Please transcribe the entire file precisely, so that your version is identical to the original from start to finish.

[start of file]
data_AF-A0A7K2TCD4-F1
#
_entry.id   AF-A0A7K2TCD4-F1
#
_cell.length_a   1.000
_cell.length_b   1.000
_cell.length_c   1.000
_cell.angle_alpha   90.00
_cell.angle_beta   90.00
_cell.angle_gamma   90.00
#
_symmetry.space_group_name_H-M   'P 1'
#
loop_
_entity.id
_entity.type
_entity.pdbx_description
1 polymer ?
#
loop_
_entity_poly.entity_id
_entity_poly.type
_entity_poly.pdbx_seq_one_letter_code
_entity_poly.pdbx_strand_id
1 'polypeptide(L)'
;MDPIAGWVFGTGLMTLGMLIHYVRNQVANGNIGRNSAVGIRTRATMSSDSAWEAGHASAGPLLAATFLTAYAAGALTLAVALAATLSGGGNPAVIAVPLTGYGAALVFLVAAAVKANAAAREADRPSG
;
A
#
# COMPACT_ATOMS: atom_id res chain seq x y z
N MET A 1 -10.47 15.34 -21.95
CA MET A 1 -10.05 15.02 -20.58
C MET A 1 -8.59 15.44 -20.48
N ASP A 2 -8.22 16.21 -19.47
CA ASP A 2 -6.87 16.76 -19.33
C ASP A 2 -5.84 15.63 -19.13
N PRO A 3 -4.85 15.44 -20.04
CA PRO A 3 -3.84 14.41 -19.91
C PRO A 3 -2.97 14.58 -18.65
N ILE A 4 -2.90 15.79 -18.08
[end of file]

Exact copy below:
data_AF-A0A7K2TCD4-F1
#
_entry.id   AF-A0A7K2TCD4-F1
#
_cell.length_a   1.000
_cell.length_b   1.000
_cell.length_c   1.000
_cell.angle_alpha   90.00
_cell.angle_beta   90.00
_cell.angle_gamma   90.00
#
_symmetry.space_group_name_H-M   'P 1'
#
loop_
_entity.id
_entity.type
_entity.pdbx_description
1 polymer ?
#
loop_
_entity_poly.entity_id
_entity_poly.type
_entity_poly.pdbx_seq_one_letter_code
_entity_poly.pdbx_strand_id
1 'polypeptide(L)'
;MDPIAGWVFGTGLMTLGMLIHYVRNQVANGNIGRNSAVGIRTRATMSSDSAWEAGHASAGPLLAATFLTAYAAGALTLAVALAATLSGGGNPAVIAVPLTGYGAALVFLVAAAVKANAAAREADRPSG
;
A
#
# COMPACT_ATOMS: atom_id res chain seq x y z
N MET A 1 -10.47 15.34 -21.95
CA MET A 1 -10.05 15.02 -20.58
C MET A 1 -8.59 15.44 -20.48
N ASP A 2 -8.22 16.21 -19.47
CA ASP A 2 -6.87 16.76 -19.33
C ASP A 2 -5.84 15.63 -19.13
N PRO A 3 -4.85 15.44 -20.04
CA PRO A 3 -3.84 14.41 -19.91
C PRO A 3 -2.97 14.58 -18.65
N ILE A 4 -2.90 15.79 -18.08